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Indian Telecoms Tempt Gulf Investors
01/21/2013 9:00 am EST
India's telecom sector, which is grappling with an enormous corruption scandal, slowing revenue growth, and waning profitability, could still be poised to attract fresh investment from the Middle East, writes Rebecca Bundhun of The National.
A corruption case, which resulted in the cancellation of 122 telecom licenses last year, prompted Etisalat (Abu Dhabi: ETISALAT) and other telecommunications operators to leave the Indian market.
The licenses were said to have been sold below their market value by the telecom minister at the time, A. Raja, who was jailed for what has been described as India's biggest scam, with an estimated loss of some $40 billion.
Etisalat became embroiled in the case because it bought into Swan Telecom, which had already acquired the 2G, or second generation, license.
"While the controversy around 2G spectrum issues would have a bearing, we believe the GCC telecoms may still be open for investments once regulatory policies crystallize," said Yogesh Kirve, a telecom analyst at AnandRathi Financial Services in Mumbai.
"India is a large market with better growth prospects than developed countries and many developing markets. The rehabilitation phase-expected over the next few years-for the industry may also potentially throw up attractive investment opportunities."
Etisalat is not pursuing re-entry into the Indian market in the fresh auction of the licenses, and did not respond to requests for comment on whether it was considering re-entering India in the future.
But Bahrain's Batelco (Bahrain: BATELCO), which also lost its license in India through the corruption scandal, last week said that it was looking at opportunities to re-enter India through an acquisition of an existing company. It ruled out buying a license to set up a new telecom company in the country, however.
"It is unfortunate that some of the telecoms suffered a grave setback owing to the cancellation of licenses by the country's apex court during early 2012," said Rajan Mathews, the director general of the Cellular Operators Association of India. "However, that does not mark an end either for the sector, or for foreign investment coming into it.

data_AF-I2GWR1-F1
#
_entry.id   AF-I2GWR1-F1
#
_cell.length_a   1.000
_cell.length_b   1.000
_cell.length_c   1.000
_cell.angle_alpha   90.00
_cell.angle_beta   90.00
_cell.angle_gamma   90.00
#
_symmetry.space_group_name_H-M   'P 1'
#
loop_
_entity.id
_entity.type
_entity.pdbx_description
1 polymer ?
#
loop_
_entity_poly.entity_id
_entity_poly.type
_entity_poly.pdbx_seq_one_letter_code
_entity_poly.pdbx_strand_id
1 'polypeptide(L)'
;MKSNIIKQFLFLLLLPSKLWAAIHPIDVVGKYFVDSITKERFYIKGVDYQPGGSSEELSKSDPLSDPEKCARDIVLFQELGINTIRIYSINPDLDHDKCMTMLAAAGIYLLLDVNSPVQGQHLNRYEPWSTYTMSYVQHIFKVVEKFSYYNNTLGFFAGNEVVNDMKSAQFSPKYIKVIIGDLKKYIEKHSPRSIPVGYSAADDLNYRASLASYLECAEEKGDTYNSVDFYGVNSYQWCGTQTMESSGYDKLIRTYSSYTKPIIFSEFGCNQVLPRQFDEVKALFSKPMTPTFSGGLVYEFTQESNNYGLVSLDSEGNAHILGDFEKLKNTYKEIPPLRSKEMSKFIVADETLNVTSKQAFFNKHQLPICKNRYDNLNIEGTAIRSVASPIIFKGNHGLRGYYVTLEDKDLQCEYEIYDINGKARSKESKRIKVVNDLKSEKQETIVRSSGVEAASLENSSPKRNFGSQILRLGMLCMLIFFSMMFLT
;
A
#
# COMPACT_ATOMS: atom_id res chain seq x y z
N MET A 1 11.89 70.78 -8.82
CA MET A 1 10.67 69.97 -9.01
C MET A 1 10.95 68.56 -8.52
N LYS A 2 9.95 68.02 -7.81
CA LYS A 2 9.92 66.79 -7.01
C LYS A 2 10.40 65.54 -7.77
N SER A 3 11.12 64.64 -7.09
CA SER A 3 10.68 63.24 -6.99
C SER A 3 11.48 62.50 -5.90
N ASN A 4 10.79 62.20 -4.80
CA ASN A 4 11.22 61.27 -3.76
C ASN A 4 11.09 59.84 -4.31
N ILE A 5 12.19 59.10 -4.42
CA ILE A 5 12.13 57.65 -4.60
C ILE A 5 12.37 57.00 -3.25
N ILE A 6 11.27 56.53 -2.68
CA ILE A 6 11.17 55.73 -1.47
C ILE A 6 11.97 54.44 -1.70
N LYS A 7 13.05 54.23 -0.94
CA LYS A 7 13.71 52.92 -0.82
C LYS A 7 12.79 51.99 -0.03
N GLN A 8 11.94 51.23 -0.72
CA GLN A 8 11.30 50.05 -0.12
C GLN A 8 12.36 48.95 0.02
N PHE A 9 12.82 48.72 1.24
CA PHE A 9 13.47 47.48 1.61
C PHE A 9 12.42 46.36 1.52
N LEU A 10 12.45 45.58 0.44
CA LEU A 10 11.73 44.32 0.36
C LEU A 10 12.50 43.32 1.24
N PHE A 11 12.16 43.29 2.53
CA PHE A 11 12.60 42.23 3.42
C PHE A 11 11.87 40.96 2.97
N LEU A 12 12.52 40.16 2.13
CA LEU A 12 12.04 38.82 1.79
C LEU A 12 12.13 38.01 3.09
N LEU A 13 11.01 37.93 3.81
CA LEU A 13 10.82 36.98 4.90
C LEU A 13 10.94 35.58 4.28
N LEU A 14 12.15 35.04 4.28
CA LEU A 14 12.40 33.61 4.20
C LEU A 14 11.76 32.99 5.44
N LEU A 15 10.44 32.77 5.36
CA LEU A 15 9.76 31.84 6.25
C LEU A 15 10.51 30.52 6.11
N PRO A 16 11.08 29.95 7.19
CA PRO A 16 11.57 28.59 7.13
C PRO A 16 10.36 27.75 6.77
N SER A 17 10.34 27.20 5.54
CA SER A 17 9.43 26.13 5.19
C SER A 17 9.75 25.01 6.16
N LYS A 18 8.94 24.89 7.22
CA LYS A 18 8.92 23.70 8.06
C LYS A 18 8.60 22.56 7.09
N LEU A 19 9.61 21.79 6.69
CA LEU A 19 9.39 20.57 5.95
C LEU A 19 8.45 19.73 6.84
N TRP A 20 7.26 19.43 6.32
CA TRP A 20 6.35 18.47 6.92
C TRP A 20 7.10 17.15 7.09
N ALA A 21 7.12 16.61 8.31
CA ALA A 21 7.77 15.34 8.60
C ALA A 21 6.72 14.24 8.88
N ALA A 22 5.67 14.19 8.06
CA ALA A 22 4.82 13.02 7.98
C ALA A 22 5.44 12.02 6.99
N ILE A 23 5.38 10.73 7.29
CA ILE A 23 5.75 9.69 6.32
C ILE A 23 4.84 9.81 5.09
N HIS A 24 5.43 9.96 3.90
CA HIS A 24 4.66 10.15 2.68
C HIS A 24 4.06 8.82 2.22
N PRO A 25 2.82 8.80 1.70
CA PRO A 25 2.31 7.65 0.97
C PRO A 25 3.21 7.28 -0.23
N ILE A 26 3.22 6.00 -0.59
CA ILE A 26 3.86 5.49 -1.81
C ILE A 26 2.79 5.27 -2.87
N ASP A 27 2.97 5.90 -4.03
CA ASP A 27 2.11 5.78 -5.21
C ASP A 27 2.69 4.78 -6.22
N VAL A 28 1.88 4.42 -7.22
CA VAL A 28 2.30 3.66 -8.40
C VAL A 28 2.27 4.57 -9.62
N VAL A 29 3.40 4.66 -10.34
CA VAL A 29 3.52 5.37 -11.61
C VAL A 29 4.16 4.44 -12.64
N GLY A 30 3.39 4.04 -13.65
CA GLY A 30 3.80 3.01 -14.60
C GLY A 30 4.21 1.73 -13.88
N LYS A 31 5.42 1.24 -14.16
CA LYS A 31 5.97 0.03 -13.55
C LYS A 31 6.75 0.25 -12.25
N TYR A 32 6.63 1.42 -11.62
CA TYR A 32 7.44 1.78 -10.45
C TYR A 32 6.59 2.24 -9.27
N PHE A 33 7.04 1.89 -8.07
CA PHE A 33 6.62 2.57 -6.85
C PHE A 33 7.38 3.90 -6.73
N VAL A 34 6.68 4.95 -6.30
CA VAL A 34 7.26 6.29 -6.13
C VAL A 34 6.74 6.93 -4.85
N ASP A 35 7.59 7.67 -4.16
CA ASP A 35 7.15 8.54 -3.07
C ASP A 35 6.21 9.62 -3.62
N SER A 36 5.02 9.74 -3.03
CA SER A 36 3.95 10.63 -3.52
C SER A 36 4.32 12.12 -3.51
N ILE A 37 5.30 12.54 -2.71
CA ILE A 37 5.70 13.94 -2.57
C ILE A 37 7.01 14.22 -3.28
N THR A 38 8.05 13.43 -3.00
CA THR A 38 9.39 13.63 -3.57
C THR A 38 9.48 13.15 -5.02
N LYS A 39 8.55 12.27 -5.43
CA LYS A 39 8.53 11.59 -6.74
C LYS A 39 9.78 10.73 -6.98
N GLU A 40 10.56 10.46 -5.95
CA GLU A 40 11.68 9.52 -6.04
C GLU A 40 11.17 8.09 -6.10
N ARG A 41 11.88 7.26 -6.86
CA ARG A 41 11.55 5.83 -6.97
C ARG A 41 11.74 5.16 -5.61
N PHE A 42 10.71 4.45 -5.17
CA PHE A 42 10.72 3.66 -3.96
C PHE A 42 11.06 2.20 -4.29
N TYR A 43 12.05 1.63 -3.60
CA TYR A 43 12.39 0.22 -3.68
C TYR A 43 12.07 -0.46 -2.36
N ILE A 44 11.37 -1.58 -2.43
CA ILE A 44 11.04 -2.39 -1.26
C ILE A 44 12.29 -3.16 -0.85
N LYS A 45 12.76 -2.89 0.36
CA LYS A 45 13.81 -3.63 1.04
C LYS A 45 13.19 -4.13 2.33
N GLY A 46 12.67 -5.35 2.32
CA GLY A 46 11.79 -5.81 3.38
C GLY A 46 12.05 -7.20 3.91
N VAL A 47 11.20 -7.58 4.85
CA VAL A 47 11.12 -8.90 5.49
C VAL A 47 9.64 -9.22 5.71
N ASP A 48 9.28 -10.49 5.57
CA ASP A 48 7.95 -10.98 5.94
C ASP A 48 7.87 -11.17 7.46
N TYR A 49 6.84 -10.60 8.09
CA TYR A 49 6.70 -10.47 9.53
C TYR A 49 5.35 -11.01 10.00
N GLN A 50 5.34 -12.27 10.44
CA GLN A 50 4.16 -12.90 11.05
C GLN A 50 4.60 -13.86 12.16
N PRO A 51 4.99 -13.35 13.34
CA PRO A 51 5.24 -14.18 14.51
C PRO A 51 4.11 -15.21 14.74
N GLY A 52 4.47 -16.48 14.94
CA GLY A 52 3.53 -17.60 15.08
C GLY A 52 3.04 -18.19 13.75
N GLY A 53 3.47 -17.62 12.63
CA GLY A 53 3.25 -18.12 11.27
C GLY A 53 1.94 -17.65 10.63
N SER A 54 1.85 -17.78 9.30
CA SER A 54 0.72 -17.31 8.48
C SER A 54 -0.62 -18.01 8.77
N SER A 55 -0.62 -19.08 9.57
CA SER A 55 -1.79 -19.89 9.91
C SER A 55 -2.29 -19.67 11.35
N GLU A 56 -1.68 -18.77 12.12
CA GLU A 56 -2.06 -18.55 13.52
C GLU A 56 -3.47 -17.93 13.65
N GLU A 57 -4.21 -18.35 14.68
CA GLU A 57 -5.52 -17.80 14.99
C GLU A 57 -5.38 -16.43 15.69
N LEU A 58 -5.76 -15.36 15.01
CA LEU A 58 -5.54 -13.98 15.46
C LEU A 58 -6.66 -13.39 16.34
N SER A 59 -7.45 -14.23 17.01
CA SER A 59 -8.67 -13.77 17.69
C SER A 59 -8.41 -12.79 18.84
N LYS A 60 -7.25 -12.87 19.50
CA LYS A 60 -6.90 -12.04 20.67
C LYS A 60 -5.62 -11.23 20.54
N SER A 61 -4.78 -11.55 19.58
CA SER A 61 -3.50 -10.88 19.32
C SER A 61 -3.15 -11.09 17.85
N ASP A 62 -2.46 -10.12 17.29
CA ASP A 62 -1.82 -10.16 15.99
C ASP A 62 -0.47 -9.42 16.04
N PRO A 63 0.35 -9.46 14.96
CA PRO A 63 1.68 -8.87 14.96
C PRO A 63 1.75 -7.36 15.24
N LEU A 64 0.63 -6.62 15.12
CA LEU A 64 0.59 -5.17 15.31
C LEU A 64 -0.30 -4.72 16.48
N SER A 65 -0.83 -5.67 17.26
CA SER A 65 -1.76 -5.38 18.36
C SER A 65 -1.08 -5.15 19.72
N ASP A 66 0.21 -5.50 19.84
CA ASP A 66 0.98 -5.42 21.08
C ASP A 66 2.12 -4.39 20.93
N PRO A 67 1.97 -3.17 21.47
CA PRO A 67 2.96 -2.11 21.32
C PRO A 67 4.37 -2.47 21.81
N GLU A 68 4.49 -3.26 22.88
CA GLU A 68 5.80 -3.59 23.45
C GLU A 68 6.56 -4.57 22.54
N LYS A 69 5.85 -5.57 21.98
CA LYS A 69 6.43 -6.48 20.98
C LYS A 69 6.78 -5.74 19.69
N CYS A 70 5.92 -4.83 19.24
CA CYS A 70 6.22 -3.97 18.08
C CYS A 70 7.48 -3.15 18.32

"Though the policy and regulatory uncertainty has deterred investor sentiment, remedial measures are being initiated by the government at the same time, and we can hope for a renewed investment and participatory environment for foreign companies in the near future."
High reserve prices resulted in a muted response to the auction of licenses in November. But last week, a 50% cut was approved for the auction price of the 800 megahertz spectrum. This could however result in further confusion, said analysts.
"What this means is you have a more highly efficient spectrum, in 800mhz, being sold at a lower cost than 900mhz. That is not going to really go well with operators," said Sivarama Krishnan at PricewaterhouseCoopers in India. "So potentially that could bring about litigation for the government as well as operators."
He said that lack of clarity on reforms in the sector and competition was negatively affecting the investment climate.
"We do not see a high level of interest, unlike in 2008," said Krishnan. "It's very subdued. There are operators who got a license who want to sell it off. Clearly, there are more sellers than buyers today in the market.
"Due to still unclear policy the investment is stalled," he added. "Still there is not open skies for people to enter India. The India story doesn't exist today."
Kirve also pointed out the significant challenges that remain. "The industry revenues are growing 7% to 8%, though profits continue to decline due to cost inflation, currency depreciation, and limited pricing power. Volume growth is slowing and trend is expected to continue," he said.
While things are beginning to improve, both on competition and regulatory fronts, the investment climate continues to be challenging. "Maturing voice markets, low tariffs, high competition and rising cost of spectrum ownership are key challenges for the industry. These factors have made business case for new or smaller telecoms vulnerable," said Kirve.
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